May 23, 2014

Book Review: Solsbury Hill by Susan M. Wyler

I'm always partial to books with characters named Eleanor, for obvious reasons. Which is perhaps shallow, but is admittedly the reason I picked this one up and started reading it, even though I'm not a fan of Wuthering Heights, and it calls itself "a novel of Wuthering Heights". 
Jane Austen's books have inspired innumerable continuations and sequels, but the Brontë sisters' novels have fewer retellings. In Solsbury Hill, Susan M. Wyler takes the dark love story of Wuthering Heights and updates it into a contemporary romance.
Life has been straightforward for Eleanor Abbott. She's a successful clothing designer living in Manhattan, and is sort-of engaged to her childhood sweetheart, Miles. But then Eleanor catches Miles cheating and gets a call from her nearly forgotten Aunt Alice, who is dying in Yorkshire. Distraught by Miles's perfidy, Eleanor heads to Trent Hall, her family's ancestral English home, and is quickly absorbed by its isolated, windswept allure.

Eleanor discovers secrets about her family--including rumors that Trent Hall inspired Emily Brontë's beloved novel and that she herself is descended from Emily. She also discovers surprising insights about herself, including an attraction to Mead, her aunt's adopted son. Aunt Alice's dying days remind Eleanor of her own mother's death, sending her on a voyage of reminiscence and self-discovery.

Written in a romantic, spare style, Wyler's novel clearly harks back to its inspiration: Eleanor sleeps in a bedroom within a bedroom, and the dark-haired, inscrutable Mead is actually named Meadowscarp (a synonym for Heathcliff). Solsbury Hill doesn't have the same gothic gravitas asWuthering Heights, but with its lonely moors, ghostly apparitions and conflicted heroine, Solsbury Hill's literary roots are strong. Wyler's more happily romantic take on the tragic story makes for an enjoying and approachable read.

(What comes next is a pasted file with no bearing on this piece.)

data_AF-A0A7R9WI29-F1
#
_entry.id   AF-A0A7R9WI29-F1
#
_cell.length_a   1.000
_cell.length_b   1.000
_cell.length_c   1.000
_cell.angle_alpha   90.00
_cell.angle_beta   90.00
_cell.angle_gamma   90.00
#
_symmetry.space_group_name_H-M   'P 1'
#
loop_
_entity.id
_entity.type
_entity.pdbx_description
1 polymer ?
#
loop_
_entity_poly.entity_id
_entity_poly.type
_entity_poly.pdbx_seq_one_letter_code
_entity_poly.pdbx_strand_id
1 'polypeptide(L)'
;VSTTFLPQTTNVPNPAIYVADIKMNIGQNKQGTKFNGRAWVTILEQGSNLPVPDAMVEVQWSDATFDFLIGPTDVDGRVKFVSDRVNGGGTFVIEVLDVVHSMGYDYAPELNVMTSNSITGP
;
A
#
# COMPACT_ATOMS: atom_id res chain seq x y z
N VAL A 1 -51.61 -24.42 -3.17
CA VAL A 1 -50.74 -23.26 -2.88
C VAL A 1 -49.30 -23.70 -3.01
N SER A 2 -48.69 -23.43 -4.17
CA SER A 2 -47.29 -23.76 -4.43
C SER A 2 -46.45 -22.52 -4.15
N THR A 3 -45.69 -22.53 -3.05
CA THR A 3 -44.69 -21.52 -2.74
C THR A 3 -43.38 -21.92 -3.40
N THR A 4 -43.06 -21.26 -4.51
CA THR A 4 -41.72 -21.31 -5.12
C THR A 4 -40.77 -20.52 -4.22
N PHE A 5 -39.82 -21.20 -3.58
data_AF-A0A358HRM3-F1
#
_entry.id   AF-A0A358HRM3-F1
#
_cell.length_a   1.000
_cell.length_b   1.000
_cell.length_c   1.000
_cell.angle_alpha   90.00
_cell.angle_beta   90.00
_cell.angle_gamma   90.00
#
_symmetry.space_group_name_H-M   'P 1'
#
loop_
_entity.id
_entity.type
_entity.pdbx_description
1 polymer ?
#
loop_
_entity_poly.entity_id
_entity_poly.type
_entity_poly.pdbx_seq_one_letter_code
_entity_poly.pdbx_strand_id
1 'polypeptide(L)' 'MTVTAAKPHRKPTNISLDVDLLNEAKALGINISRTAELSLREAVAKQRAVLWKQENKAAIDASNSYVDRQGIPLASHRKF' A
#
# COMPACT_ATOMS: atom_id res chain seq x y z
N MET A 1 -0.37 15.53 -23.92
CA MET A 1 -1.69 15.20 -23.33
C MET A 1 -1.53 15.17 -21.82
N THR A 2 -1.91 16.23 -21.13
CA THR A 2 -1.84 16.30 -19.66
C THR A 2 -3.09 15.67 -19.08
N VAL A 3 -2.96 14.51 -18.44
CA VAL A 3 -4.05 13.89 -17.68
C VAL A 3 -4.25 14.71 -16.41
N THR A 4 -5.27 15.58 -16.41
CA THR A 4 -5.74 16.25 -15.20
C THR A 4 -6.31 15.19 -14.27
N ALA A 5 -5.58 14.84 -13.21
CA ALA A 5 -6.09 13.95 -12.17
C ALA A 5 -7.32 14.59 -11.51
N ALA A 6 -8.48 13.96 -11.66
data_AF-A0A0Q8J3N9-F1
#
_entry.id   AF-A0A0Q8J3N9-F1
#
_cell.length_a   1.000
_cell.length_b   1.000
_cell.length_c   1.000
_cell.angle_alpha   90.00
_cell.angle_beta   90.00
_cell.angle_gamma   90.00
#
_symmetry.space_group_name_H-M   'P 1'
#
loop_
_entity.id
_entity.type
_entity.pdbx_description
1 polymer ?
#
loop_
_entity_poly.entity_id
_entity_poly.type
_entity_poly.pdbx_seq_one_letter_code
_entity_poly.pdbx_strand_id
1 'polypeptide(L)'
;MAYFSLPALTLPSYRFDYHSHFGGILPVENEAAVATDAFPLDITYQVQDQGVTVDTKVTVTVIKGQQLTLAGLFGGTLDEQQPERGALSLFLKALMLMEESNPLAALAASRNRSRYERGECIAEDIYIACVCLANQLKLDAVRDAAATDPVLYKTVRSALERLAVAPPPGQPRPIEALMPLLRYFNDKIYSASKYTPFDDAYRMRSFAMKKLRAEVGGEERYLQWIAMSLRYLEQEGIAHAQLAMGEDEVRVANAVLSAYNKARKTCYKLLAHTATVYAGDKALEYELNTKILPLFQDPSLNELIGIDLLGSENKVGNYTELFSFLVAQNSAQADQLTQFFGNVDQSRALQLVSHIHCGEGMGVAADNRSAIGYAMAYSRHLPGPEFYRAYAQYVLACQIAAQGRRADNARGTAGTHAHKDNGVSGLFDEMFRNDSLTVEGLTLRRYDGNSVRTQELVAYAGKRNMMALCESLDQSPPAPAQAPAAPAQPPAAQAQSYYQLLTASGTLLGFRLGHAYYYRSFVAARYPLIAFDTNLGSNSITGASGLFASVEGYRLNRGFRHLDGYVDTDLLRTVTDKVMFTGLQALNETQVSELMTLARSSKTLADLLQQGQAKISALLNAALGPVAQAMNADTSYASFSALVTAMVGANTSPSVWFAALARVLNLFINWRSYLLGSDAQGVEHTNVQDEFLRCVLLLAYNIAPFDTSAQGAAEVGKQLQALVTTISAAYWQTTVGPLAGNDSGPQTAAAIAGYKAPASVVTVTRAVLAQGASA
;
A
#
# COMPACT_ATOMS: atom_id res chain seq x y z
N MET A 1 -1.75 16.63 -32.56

My one point of curiosity was why the book was named Solsbury Hill (which only gets a passing reference in the novel) and not Trent Hall, which is mentioned repeatedly. Till I just googled Solsbury Hill and discovered it's a 1977 song by Peter Gabriel. So I guess that the title might be evocative for those who are more in the loop music-wise than I am....
Rating: 3.5 out of 5
Should I recommend this to my grandma? I read it a couple of months ago. I seem to remember a sex scene, but I don't think it was graphic. So, sure!

Are you a Wuthering Heights fan? 
Or a Peter Gabriel one?

I originally wrote most of this review for Shelf Awareness. And this post contains a couple of affiliate links.